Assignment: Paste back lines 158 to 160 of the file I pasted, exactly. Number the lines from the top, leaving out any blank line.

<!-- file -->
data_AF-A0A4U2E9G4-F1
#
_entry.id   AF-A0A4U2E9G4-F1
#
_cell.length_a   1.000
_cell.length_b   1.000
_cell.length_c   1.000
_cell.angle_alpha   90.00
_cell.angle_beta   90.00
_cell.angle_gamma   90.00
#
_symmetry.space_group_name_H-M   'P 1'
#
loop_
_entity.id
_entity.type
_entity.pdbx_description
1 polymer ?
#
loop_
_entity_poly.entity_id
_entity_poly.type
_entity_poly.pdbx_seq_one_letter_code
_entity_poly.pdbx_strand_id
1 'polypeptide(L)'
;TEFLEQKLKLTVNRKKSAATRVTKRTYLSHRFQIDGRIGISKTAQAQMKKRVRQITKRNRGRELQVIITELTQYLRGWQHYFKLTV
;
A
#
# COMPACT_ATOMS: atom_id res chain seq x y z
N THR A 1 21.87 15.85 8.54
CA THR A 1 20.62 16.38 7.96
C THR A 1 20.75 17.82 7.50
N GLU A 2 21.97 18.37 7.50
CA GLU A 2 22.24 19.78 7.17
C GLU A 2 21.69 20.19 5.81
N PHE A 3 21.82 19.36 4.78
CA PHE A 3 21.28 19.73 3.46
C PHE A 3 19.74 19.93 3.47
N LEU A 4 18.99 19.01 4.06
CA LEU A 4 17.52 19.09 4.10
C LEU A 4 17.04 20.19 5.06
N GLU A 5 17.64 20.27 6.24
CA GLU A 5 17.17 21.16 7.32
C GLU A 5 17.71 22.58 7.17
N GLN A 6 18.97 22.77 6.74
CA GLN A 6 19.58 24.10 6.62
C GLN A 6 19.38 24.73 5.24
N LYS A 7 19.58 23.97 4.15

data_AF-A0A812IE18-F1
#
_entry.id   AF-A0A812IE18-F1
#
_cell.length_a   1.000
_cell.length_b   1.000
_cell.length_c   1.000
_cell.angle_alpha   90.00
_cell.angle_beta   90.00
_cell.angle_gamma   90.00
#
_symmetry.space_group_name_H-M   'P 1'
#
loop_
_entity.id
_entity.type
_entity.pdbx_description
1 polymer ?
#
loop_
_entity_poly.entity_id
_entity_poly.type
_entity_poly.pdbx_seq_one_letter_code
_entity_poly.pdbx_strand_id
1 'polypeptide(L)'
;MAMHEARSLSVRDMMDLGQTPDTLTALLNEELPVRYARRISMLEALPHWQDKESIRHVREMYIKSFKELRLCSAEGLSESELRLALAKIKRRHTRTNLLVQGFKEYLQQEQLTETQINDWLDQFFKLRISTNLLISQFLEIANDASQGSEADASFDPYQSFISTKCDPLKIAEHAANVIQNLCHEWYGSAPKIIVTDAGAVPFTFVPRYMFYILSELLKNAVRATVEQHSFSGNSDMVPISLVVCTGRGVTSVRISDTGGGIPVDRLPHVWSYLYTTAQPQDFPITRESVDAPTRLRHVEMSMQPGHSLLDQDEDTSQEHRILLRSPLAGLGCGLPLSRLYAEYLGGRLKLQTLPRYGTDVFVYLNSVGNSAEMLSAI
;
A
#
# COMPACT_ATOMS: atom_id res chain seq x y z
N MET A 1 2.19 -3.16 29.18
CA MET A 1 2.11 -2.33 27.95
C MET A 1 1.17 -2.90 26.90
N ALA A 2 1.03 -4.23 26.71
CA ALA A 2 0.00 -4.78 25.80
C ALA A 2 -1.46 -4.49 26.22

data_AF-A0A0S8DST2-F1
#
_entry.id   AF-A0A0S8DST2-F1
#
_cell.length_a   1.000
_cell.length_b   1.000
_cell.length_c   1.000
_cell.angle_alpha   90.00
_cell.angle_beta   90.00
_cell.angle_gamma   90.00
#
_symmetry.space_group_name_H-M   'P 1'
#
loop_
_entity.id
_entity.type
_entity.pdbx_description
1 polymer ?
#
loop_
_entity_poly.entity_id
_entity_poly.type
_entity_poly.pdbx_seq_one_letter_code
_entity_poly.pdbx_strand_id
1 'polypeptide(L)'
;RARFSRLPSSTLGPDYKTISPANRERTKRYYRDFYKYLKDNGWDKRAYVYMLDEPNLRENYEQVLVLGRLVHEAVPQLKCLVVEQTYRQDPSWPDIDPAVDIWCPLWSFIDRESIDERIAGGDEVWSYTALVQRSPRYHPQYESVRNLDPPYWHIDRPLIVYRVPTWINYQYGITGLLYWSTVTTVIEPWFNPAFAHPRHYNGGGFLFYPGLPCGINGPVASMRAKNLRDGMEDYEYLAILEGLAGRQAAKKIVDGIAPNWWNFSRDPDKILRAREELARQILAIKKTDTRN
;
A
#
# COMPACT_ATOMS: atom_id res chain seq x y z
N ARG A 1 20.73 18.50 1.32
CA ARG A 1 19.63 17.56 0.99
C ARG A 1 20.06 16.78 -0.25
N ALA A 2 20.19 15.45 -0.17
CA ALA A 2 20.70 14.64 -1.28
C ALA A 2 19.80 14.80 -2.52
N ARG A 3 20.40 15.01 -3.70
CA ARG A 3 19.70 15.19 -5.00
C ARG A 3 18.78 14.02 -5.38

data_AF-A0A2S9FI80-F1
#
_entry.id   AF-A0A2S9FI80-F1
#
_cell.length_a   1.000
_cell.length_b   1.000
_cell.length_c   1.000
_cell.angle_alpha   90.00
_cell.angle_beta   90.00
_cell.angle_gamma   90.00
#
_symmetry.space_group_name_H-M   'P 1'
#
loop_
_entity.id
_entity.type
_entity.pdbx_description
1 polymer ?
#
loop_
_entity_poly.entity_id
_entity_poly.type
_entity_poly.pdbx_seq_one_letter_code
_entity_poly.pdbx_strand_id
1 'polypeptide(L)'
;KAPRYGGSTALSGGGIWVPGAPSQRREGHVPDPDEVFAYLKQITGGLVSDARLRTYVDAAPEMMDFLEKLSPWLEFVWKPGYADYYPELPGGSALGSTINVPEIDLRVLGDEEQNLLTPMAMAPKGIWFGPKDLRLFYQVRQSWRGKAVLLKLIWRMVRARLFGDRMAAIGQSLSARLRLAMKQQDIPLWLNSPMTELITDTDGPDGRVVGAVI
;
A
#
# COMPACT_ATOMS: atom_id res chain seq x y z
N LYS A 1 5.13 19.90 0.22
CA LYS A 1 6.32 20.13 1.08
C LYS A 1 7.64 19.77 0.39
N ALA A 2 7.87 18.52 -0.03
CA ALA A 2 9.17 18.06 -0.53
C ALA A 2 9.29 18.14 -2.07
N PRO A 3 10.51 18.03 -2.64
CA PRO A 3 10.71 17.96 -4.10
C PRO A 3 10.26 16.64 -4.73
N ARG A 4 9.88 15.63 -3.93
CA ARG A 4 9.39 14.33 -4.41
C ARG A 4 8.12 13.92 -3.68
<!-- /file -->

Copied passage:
N ALA A 2 7.87 18.52 -0.03
CA ALA A 2 9.17 18.06 -0.53
C ALA A 2 9.29 18.14 -2.07